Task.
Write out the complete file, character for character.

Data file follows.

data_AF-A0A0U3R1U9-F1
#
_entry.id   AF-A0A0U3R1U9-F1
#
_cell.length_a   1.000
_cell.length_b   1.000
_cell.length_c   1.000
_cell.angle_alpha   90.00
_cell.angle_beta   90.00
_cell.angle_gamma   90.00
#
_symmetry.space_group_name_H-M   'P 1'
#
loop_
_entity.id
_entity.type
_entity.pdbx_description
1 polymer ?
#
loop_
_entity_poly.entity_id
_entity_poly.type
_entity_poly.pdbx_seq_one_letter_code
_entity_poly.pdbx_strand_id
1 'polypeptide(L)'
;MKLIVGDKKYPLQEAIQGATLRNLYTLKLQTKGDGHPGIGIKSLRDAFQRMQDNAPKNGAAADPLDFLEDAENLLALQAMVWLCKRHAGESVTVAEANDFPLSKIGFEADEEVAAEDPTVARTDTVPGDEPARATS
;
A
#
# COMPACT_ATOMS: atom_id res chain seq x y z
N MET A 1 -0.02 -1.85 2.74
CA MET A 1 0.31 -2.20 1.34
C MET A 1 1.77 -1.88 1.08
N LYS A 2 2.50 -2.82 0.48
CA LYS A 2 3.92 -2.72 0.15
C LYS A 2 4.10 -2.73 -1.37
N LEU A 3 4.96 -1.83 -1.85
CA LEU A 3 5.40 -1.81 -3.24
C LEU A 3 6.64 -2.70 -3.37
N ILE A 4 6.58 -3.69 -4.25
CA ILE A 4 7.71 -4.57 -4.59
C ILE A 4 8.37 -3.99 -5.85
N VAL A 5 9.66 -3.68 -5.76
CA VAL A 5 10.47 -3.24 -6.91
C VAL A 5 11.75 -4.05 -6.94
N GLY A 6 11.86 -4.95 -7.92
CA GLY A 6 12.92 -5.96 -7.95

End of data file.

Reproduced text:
data_AF-A0A0U3R1U9-F1
#
_entry.id   AF-A0A0U3R1U9-F1
#
_cell.length_a   1.000
_cell.length_b   1.000
_cell.length_c   1.000
_cell.angle_alpha   90.00
_cell.angle_beta   90.00
_cell.angle_gamma   90.00
#
_symmetry.space_group_name_H-M   'P 1'
#
loop_
_entity.id
_entity.type
_entity.pdbx_description
1 polymer ?
#
loop_
_entity_poly.entity_id
_entity_poly.type
_entity_poly.pdbx_seq_one_letter_code
_entity_poly.pdbx_strand_id
1 'polypeptide(L)'
;MKLIVGDKKYPLQEAIQGATLRNLYTLKLQTKGDGHPGIGIKSLRDAFQRMQDNAPKNGAAADPLDFLEDAENLLALQAMVWLCKRHAGESVTVAEANDFPLSKIGFEADEEVAAEDPTVARTDTVPGDEPARATS
;
A
#
# COMPACT_ATOMS: atom_id res chain seq x y z
N MET A 1 -0.02 -1.85 2.74
CA MET A 1 0.31 -2.20 1.34
C MET A 1 1.77 -1.88 1.08
N LYS A 2 2.50 -2.82 0.48
CA LYS A 2 3.92 -2.72 0.15
C LYS A 2 4.10 -2.73 -1.37
N LEU A 3 4.96 -1.83 -1.85
CA LEU A 3 5.40 -1.81 -3.24
C LEU A 3 6.64 -2.70 -3.37
N ILE A 4 6.58 -3.69 -4.25
CA ILE A 4 7.71 -4.57 -4.59
C ILE A 4 8.37 -3.99 -5.85
N VAL A 5 9.66 -3.68 -5.76
CA VAL A 5 10.47 -3.24 -6.91
C VAL A 5 11.75 -4.05 -6.94
N GLY A 6 11.86 -4.95 -7.92
CA GLY A 6 12.92 -5.96 -7.95